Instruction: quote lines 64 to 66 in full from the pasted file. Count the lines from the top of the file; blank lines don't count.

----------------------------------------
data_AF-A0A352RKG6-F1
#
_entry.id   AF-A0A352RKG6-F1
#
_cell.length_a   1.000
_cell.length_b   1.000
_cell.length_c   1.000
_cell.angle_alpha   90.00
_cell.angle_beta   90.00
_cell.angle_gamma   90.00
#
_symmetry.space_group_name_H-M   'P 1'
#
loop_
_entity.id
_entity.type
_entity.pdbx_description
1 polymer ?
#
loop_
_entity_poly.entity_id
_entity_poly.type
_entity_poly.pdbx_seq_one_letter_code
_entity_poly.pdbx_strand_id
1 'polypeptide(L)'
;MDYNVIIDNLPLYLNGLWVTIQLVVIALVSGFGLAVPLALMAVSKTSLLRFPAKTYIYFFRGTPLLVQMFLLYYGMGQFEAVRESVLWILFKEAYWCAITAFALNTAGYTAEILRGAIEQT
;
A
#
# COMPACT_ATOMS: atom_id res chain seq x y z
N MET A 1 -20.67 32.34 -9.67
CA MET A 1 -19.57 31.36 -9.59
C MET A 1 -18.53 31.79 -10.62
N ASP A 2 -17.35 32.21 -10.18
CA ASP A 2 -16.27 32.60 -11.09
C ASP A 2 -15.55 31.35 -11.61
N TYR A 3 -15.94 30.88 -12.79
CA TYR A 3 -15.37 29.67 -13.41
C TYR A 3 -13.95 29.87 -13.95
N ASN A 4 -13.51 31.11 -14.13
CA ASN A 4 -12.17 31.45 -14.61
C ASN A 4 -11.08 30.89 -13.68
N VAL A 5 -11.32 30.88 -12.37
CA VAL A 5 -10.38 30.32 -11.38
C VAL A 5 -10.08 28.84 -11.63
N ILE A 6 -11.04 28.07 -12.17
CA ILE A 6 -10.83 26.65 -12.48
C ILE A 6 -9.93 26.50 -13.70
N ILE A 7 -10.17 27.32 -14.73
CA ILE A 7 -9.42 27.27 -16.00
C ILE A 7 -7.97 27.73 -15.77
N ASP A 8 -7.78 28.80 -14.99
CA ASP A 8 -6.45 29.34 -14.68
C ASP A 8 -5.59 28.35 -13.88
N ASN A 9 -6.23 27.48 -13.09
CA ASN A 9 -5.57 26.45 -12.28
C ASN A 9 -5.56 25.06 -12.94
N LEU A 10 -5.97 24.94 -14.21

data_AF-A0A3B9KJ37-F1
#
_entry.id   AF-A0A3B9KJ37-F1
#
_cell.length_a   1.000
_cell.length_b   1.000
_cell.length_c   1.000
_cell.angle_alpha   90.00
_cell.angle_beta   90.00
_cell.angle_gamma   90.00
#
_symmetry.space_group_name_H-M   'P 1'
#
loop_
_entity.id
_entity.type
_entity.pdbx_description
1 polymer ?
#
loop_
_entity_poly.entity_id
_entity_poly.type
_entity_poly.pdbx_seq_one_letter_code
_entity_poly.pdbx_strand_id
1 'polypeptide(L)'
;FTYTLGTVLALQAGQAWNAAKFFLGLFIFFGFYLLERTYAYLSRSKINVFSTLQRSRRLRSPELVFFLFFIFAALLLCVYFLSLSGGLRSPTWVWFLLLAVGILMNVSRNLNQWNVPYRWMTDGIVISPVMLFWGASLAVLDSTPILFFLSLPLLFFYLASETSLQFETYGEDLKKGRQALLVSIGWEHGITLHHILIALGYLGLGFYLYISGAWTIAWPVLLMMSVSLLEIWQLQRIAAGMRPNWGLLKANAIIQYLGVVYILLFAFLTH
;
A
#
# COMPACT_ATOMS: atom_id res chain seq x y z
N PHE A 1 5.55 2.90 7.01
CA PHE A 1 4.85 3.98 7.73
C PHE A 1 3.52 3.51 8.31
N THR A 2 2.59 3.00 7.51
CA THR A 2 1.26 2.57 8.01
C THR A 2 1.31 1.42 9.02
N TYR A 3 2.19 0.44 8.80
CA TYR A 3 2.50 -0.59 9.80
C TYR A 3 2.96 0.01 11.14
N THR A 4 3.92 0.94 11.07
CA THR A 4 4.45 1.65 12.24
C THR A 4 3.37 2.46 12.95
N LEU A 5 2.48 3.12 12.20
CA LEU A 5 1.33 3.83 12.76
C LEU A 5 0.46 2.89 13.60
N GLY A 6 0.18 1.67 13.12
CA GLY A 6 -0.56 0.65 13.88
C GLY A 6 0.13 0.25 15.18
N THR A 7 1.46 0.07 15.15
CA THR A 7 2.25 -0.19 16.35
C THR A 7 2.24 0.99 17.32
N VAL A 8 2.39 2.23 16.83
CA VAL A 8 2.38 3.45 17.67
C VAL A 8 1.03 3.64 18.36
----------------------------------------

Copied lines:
_cell.length_b   1.000
_cell.length_c   1.000
_cell.angle_alpha   90.00